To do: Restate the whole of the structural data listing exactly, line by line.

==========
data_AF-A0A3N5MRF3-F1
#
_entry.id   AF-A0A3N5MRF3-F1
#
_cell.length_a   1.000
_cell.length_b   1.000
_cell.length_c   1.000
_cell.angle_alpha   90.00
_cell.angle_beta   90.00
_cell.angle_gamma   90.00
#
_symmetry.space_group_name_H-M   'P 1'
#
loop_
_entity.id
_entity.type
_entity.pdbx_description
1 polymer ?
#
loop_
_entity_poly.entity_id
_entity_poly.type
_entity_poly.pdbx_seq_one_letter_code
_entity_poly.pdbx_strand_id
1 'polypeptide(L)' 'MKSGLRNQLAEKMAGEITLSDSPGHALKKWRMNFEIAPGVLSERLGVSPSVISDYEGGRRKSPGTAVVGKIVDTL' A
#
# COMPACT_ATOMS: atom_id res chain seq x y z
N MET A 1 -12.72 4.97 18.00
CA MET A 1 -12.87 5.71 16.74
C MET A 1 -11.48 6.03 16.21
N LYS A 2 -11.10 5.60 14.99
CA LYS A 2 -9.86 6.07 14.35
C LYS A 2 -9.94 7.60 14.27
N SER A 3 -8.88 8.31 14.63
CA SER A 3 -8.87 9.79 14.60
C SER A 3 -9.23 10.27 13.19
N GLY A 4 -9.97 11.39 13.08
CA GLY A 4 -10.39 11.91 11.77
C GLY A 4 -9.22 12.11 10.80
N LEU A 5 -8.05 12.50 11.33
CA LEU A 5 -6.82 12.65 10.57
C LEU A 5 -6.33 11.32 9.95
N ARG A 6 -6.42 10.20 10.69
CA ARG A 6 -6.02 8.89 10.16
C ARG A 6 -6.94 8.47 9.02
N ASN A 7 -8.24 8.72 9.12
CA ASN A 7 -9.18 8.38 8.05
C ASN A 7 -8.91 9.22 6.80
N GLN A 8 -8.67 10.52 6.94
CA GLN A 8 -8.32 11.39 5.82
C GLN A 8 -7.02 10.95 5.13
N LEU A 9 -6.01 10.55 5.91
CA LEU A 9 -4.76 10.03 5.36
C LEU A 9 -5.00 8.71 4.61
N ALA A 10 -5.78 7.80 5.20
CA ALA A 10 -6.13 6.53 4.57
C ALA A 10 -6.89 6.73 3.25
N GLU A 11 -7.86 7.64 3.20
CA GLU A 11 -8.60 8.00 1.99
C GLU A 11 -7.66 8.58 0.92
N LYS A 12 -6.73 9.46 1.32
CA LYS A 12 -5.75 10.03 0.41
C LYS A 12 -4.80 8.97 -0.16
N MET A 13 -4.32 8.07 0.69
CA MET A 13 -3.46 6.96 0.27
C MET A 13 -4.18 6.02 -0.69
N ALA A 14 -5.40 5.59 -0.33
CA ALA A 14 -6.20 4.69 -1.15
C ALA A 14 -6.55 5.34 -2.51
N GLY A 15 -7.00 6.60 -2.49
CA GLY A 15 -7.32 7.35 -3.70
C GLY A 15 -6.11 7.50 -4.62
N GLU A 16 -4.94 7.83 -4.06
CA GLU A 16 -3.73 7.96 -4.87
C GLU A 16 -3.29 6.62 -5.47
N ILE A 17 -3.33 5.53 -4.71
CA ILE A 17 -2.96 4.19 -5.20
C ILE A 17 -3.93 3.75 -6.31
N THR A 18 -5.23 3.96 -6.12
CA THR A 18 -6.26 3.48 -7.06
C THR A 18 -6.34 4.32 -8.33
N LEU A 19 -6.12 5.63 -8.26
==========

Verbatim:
data_AF-A0A3N5MRF3-F1
#
_entry.id   AF-A0A3N5MRF3-F1
#
_cell.length_a   1.000
_cell.length_b   1.000
_cell.length_c   1.000
_cell.angle_alpha   90.00
_cell.angle_beta   90.00
_cell.angle_gamma   90.00
#
_symmetry.space_group_name_H-M   'P 1'
#
loop_
_entity.id
_entity.type
_entity.pdbx_description
1 polymer ?
#
loop_
_entity_poly.entity_id
_entity_poly.type
_entity_poly.pdbx_seq_one_letter_code
_entity_poly.pdbx_strand_id
1 'polypeptide(L)' 'MKSGLRNQLAEKMAGEITLSDSPGHALKKWRMNFEIAPGVLSERLGVSPSVISDYEGGRRKSPGTAVVGKIVDTL' A
#
# COMPACT_ATOMS: atom_id res chain seq x y z
N MET A 1 -12.72 4.97 18.00
CA MET A 1 -12.87 5.71 16.74
C MET A 1 -11.48 6.03 16.21
N LYS A 2 -11.10 5.60 14.99
CA LYS A 2 -9.86 6.07 14.35
C LYS A 2 -9.94 7.60 14.27
N SER A 3 -8.88 8.31 14.63
CA SER A 3 -8.87 9.79 14.60
C SER A 3 -9.23 10.27 13.19
N GLY A 4 -9.97 11.39 13.08
CA GLY A 4 -10.39 11.91 11.77
C GLY A 4 -9.22 12.11 10.80
N LEU A 5 -8.05 12.50 11.33
CA LEU A 5 -6.82 12.65 10.57
C LEU A 5 -6.33 11.32 9.95
N ARG A 6 -6.42 10.20 10.69
CA ARG A 6 -6.02 8.89 10.16
C ARG A 6 -6.94 8.47 9.02
N ASN A 7 -8.24 8.72 9.12
CA ASN A 7 -9.18 8.38 8.05
C ASN A 7 -8.91 9.22 6.80
N GLN A 8 -8.67 10.52 6.94
CA GLN A 8 -8.32 11.39 5.82
C GLN A 8 -7.02 10.95 5.13
N LEU A 9 -6.01 10.55 5.91
CA LEU A 9 -4.76 10.03 5.36
C LEU A 9 -5.00 8.71 4.61
N ALA A 10 -5.78 7.80 5.20
CA ALA A 10 -6.13 6.53 4.57
C ALA A 10 -6.89 6.73 3.25
N GLU A 11 -7.86 7.64 3.20
CA GLU A 11 -8.60 8.00 1.99
C GLU A 11 -7.66 8.58 0.92
N LYS A 12 -6.73 9.46 1.32
CA LYS A 12 -5.75 10.03 0.41
C LYS A 12 -4.80 8.97 -0.16
N MET A 13 -4.32 8.07 0.69
CA MET A 13 -3.46 6.96 0.27
C MET A 13 -4.18 6.02 -0.69
N ALA A 14 -5.40 5.59 -0.33
CA ALA A 14 -6.20 4.69 -1.15
C ALA A 14 -6.55 5.34 -2.51
N GLY A 15 -7.00 6.60 -2.49
CA GLY A 15 -7.32 7.35 -3.70
C GLY A 15 -6.11 7.50 -4.62
N GLU A 16 -4.94 7.83 -4.06
CA GLU A 16 -3.73 7.96 -4.87
C GLU A 16 -3.29 6.62 -5.47
N ILE A 17 -3.33 5.53 -4.71
CA ILE A 17 -2.96 4.19 -5.20
C ILE A 17 -3.93 3.75 -6.31
N THR A 18 -5.23 3.96 -6.12
CA THR A 18 -6.26 3.48 -7.06
C THR A 18 -6.34 4.32 -8.33
N LEU A 19 -6.12 5.63 -8.26